An estate in Broederstroom has issued a letter of demand to the Madibeng municipality to address the non-functioning sewage treatment plant at the estate, or face arrests.
Eagles Landing has given the municipality seven days to respond to its letter. If there is no response, an urgent application for warrants of arrest will be brought in the high court.
Sewage is currently bubbling up in residents’ homes and property, and continuously flows into the Hartbeespoort Dam. The sewer plant is not operational at all and releases raw sewage into the dam, thereby contravening the National Water Act.
The demand follows a court order in 2017 which ordered Madibeng, the North West MEC of Finance, the Minister of Finance and the Minister of Cooperative Government and Traditional Affairs to ensure the fulfilment of the obligations by Madibeng Local Municipality to properly manage and maintain the sewer plant.
During a council meeting that followed in 2017, it was resolved that enough budget should be made available to ensure that there is proper maintenance of the sewer plant.
“Given the current condition of the sewerage plant and waterworks, it is clear that none of the respondents in terms of the court order has acted in terms thereof, meaning that they are in
contempt of court. It is, furthermore, clear that the Madibeng Local Municipality has not acted
in terms of the resolution taken at its own meeting held on 28 February 2017,” the letter to municipal manager at Madibeng states.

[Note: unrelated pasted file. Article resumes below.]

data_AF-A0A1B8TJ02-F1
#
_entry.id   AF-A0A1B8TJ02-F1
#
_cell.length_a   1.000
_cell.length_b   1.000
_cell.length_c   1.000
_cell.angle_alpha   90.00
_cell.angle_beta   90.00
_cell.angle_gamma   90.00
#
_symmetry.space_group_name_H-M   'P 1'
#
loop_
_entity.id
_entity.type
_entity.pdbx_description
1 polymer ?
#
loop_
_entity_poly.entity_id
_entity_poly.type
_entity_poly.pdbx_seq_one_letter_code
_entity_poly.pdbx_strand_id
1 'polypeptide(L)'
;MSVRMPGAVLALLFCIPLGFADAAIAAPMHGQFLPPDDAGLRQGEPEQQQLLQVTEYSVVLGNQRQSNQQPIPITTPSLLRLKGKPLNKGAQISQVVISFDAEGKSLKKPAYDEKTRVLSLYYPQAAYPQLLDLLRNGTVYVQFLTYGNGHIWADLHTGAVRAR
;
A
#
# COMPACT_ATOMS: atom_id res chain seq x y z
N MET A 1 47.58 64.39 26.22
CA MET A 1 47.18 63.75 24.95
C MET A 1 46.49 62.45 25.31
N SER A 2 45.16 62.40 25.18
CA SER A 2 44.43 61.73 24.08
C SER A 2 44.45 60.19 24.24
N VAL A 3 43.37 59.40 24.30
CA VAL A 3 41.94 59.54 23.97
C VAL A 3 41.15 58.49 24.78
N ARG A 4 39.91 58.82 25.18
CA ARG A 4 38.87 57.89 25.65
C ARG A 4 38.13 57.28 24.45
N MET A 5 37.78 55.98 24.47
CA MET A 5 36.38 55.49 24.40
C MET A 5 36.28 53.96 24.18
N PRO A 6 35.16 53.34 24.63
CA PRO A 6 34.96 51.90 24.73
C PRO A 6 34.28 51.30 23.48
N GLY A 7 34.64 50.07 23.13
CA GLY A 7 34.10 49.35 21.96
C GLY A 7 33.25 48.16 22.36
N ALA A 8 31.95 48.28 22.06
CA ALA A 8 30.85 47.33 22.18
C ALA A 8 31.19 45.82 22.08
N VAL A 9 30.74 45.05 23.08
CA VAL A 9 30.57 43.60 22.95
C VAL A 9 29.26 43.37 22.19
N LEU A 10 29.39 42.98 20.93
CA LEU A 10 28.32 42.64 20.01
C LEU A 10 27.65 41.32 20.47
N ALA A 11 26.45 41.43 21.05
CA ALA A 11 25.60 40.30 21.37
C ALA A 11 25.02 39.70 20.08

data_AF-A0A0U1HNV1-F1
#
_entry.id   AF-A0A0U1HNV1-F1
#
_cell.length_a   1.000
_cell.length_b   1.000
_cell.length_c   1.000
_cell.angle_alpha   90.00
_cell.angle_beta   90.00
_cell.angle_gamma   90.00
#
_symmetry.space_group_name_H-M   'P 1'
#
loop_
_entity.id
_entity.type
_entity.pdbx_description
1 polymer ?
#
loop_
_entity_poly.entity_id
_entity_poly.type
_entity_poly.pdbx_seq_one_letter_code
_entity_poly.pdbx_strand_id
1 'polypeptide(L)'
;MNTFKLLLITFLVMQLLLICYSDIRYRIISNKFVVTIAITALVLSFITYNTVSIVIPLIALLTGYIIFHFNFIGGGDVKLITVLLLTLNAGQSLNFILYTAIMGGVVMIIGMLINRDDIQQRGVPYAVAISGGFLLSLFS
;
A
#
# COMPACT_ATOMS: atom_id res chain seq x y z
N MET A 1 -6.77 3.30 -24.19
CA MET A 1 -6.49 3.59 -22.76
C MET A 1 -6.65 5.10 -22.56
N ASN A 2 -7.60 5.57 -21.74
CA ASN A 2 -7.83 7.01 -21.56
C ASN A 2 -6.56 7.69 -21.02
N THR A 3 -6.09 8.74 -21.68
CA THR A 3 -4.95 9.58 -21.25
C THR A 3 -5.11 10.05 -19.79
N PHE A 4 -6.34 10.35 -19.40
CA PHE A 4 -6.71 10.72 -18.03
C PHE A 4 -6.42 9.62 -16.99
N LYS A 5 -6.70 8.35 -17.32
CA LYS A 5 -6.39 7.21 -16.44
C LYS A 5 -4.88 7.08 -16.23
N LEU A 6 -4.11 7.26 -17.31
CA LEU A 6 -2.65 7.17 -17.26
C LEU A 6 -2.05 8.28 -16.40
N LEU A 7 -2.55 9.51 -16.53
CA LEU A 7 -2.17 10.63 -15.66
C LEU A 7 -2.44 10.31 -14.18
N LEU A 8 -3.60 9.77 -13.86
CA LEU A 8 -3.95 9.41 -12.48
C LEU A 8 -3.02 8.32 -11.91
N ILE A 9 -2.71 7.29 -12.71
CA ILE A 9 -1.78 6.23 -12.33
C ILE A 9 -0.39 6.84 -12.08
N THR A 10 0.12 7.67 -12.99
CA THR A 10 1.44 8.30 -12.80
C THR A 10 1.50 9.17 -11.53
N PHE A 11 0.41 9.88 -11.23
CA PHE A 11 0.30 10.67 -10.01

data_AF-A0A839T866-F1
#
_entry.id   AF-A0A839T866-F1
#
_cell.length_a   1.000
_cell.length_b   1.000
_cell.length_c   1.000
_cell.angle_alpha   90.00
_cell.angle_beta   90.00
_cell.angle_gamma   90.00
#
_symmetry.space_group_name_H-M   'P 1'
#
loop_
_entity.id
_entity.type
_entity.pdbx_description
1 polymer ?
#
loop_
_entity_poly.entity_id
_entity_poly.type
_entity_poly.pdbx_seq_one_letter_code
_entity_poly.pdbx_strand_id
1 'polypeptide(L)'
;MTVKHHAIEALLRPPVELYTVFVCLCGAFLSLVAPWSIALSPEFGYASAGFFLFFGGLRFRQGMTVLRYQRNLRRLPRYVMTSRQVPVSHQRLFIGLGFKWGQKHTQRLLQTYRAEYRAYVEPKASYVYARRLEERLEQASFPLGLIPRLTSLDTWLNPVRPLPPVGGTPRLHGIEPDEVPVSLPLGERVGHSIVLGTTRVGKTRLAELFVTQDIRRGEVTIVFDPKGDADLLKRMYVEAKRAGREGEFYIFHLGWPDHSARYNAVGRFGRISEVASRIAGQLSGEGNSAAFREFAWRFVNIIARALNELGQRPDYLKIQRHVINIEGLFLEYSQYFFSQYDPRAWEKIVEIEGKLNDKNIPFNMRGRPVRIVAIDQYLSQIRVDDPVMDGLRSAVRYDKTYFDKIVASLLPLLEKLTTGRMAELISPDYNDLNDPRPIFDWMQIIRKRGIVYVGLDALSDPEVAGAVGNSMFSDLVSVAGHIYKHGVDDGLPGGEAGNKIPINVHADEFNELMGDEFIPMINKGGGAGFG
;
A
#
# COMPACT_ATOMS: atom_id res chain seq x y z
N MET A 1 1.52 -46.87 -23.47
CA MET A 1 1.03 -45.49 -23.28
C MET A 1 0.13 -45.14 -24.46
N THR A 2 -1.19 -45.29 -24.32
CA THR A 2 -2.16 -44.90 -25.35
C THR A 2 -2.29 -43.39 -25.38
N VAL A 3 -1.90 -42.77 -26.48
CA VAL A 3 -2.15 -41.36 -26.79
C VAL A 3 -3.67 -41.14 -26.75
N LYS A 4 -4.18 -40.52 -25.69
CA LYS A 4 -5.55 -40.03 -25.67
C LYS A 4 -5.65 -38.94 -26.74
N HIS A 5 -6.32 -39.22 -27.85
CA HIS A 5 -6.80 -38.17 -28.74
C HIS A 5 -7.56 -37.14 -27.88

According to a recent report by a company that inspected the plant, the only equipment that was functioning at the sewage treatment plant was a temporary pump that is used to recycle some of the raw sewage through the plant. “Since all structures in the sewage works were filled, any incoming raw sewage resulted in an overflow to Hartbeespoort Dam through the drainage channel in the estate,” the report reads.
According to attorney, Corné Myles, who represents the estate, a contractor to Madibeng removed the pumps from the plant, allegedly because of non-payment. “The entire water and sewage treatment plant has been dysfunctional for years,” she said.
“The homeowners in the estate have the expertise and are very capable and able to run the plant themselves which they did very successfully in the past. Madibeng must, however, fix the failing infrastructure and bring the plant up to standard. We reached out to Madibeng and the provincial government to find a solution where beneficial public and private partnerships can be achieved.”
Myles said the estate hopes that Madibeng will respond positively to its letter. “If they don’t, we can have warrants of arrests for contempt of court within a week,”
The letter of demand gives Madibeng until 10 March to take active steps to rectify the situation with an undertaking to meet with representatives of the estate.